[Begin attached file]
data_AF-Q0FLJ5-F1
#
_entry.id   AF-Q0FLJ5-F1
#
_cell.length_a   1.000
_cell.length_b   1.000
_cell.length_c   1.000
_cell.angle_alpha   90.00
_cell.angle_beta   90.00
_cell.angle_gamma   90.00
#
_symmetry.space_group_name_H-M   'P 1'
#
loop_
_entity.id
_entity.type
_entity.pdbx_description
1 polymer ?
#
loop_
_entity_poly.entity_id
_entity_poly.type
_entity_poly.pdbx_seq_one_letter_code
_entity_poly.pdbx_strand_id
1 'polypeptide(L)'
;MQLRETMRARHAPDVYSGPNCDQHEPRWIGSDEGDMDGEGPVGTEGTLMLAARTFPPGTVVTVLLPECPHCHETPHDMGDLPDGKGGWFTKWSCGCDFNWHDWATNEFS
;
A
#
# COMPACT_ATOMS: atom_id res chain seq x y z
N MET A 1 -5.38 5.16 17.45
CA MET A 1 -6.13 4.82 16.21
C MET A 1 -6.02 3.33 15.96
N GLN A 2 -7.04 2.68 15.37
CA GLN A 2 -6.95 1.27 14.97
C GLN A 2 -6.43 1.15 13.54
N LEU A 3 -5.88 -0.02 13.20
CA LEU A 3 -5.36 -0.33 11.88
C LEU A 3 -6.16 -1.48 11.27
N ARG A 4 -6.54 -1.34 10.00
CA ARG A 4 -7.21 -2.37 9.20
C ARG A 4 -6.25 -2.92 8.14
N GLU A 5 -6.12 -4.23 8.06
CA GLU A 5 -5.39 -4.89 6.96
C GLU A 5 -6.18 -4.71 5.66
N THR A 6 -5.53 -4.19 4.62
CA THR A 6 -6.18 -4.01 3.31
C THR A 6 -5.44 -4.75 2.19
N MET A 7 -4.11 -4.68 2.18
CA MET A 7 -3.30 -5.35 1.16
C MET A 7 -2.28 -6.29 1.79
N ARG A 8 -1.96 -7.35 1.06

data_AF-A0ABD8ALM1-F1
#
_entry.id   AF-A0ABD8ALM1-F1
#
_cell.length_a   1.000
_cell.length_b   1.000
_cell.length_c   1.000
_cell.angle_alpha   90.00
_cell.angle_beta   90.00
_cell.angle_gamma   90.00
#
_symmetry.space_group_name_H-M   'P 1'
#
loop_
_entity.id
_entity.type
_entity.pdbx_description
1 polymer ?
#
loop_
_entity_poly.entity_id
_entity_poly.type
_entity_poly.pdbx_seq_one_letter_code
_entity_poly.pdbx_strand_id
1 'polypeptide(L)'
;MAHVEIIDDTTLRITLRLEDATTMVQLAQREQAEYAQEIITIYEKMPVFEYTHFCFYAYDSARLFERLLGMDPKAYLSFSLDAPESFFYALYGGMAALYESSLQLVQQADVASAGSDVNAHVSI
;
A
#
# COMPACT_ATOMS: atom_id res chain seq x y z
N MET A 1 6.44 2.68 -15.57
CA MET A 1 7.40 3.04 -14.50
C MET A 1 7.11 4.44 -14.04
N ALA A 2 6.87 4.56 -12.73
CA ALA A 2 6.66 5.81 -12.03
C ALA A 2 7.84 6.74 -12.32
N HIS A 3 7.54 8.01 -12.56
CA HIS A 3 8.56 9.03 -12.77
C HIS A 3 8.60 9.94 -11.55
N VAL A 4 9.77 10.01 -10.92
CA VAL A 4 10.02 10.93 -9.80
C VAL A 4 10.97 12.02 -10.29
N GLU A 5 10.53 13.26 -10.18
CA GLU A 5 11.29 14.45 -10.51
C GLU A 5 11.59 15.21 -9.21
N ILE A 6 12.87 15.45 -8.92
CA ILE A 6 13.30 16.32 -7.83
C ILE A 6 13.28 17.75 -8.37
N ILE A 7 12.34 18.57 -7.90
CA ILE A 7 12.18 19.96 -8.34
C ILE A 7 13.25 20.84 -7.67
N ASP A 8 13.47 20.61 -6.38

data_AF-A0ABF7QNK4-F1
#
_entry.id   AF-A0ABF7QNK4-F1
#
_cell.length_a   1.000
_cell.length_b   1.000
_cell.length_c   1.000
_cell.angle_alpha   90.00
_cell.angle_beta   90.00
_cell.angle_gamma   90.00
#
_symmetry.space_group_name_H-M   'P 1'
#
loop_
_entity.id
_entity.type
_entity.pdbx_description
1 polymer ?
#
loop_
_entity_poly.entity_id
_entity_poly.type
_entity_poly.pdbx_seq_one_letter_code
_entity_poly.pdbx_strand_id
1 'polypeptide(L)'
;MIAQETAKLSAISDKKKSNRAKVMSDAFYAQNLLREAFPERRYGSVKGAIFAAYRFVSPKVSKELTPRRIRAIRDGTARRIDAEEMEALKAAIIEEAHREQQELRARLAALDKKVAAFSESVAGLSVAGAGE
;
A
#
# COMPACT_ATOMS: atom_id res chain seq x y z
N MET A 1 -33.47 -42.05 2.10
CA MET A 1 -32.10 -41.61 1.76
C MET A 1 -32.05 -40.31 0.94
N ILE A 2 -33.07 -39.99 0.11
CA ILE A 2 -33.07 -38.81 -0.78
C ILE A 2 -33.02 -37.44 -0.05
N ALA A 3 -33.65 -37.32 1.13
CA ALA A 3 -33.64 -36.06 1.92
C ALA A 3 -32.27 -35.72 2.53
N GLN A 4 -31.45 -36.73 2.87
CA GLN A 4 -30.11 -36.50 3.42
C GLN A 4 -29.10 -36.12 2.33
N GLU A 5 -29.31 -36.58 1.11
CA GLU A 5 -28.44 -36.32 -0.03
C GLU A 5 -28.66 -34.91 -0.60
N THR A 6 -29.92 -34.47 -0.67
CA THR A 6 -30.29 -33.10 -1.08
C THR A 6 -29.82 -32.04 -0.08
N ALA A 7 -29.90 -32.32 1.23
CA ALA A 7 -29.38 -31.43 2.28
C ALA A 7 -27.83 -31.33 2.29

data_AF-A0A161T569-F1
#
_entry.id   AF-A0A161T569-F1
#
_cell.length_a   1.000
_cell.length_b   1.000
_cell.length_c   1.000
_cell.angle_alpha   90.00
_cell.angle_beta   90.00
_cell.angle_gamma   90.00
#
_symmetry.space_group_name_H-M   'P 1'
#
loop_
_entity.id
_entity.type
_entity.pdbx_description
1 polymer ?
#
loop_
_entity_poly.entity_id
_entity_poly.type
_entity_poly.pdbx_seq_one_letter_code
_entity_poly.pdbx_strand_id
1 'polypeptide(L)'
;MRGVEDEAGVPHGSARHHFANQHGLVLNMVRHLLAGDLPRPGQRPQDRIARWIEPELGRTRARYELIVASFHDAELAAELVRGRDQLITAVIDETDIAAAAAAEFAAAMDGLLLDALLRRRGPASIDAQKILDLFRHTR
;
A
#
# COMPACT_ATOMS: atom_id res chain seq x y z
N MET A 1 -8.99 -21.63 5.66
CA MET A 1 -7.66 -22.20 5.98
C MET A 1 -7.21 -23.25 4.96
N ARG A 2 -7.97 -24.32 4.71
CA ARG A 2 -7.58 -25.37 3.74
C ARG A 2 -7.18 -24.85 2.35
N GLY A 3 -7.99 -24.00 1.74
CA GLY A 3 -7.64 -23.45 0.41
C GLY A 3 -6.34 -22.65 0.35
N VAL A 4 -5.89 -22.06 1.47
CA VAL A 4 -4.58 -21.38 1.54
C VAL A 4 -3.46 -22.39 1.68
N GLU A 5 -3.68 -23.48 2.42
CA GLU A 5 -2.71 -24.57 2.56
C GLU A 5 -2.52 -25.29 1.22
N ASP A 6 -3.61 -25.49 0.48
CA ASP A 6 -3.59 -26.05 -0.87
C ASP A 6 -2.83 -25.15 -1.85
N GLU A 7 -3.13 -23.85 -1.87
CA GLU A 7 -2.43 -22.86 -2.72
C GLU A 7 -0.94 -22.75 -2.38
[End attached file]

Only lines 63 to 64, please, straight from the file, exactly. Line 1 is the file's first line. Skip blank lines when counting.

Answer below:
#
_symmetry.space_group_name_H-M   'P 1'